The long-intertwined communities of the Oglala Lakota Pine Ridge Reservation and the bordering towns in Sheridan County, Nebraska, mark their histories in sensational incidents and quiet human connections, many recorded in detail here for the first time.
After covering racial unrest in the remote northwest corner of his home state of Nebraska in 1999, journalist Stew Magnuson returned four years later to consider the larger questions of its peoples, their paths, and the forces that separate them. Examining Raymond Yellow ThunderÆs death at the hands of four white men in 1972, Magnuson looks deep into the past that gave rise to the tragedy. Situating long-ranging repercussions within 130 years of context, he also recounts the largely forgotten struggles of American Indian Movement activist Bob Yellow Bird and tells the story of Whiteclay, Nebraska, the controversial border hamlet that continues to sell millions of cans of beer per year to the ôdryö reservation.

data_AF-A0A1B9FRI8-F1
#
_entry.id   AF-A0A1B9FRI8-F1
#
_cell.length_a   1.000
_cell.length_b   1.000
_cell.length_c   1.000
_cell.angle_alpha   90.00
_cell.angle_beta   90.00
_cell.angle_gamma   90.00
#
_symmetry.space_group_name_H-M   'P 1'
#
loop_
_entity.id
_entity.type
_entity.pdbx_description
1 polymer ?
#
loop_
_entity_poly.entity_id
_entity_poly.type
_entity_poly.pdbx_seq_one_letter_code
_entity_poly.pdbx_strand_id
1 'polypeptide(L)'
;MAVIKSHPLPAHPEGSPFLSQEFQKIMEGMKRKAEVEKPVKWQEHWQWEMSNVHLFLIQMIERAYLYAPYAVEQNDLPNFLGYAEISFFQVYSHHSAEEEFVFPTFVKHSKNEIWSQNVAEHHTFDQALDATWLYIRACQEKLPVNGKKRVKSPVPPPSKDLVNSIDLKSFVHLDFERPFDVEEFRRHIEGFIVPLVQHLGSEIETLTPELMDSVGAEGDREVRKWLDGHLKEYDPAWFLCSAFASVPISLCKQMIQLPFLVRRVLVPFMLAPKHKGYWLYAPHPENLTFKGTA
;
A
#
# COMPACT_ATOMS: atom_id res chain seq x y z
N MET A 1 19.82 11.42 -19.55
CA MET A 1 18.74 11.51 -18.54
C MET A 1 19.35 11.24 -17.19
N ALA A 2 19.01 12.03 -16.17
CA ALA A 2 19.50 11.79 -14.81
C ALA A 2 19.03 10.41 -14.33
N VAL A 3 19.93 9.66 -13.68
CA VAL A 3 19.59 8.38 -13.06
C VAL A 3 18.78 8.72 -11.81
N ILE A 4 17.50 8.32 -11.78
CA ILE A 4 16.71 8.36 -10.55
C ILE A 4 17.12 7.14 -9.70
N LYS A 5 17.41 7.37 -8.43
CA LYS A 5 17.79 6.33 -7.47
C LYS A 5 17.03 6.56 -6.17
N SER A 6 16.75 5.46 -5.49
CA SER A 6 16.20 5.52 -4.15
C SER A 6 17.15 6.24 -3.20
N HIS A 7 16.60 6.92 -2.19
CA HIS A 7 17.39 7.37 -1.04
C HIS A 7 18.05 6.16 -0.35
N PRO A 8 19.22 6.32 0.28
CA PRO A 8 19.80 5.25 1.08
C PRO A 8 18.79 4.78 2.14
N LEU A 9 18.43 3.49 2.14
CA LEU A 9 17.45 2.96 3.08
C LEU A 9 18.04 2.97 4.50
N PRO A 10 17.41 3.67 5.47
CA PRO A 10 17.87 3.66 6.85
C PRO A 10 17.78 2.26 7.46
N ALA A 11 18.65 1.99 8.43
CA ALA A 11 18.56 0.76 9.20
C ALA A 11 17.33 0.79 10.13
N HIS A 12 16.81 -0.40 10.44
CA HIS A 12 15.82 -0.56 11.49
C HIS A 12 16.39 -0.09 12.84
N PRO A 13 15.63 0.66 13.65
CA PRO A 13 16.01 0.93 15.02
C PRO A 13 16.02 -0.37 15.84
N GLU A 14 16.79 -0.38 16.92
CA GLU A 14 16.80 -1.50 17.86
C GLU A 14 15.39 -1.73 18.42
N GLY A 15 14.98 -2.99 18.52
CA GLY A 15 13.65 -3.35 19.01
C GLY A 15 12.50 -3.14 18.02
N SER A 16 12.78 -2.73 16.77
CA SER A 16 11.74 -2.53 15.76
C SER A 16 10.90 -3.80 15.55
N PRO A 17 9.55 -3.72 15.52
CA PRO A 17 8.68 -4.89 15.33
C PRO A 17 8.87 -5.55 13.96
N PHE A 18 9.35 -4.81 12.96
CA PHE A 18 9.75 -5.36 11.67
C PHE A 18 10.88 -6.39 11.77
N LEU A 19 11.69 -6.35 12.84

Within this microcosm of cultural conflict, Magnuson explores the odds against community's power to transcend misunderstanding, alcoholism, prejudice, and violence.
ôLike all good stories, The Death of Raymond Yellow Thunder spins against the way it drives. Even as the people of Sheridan County despise, scorn, exploit, assault, and kill one another, their lives, like objects slipping out of control, become more and more inseparable. Indians and whites coexist and, against all odds, somehow get along, sharing space they really donÆt want to share. This countercurrent is the source of the many unexpected stories Magnuson brings forth.ö ùPekka HΣmΣlΣinen, from the foreword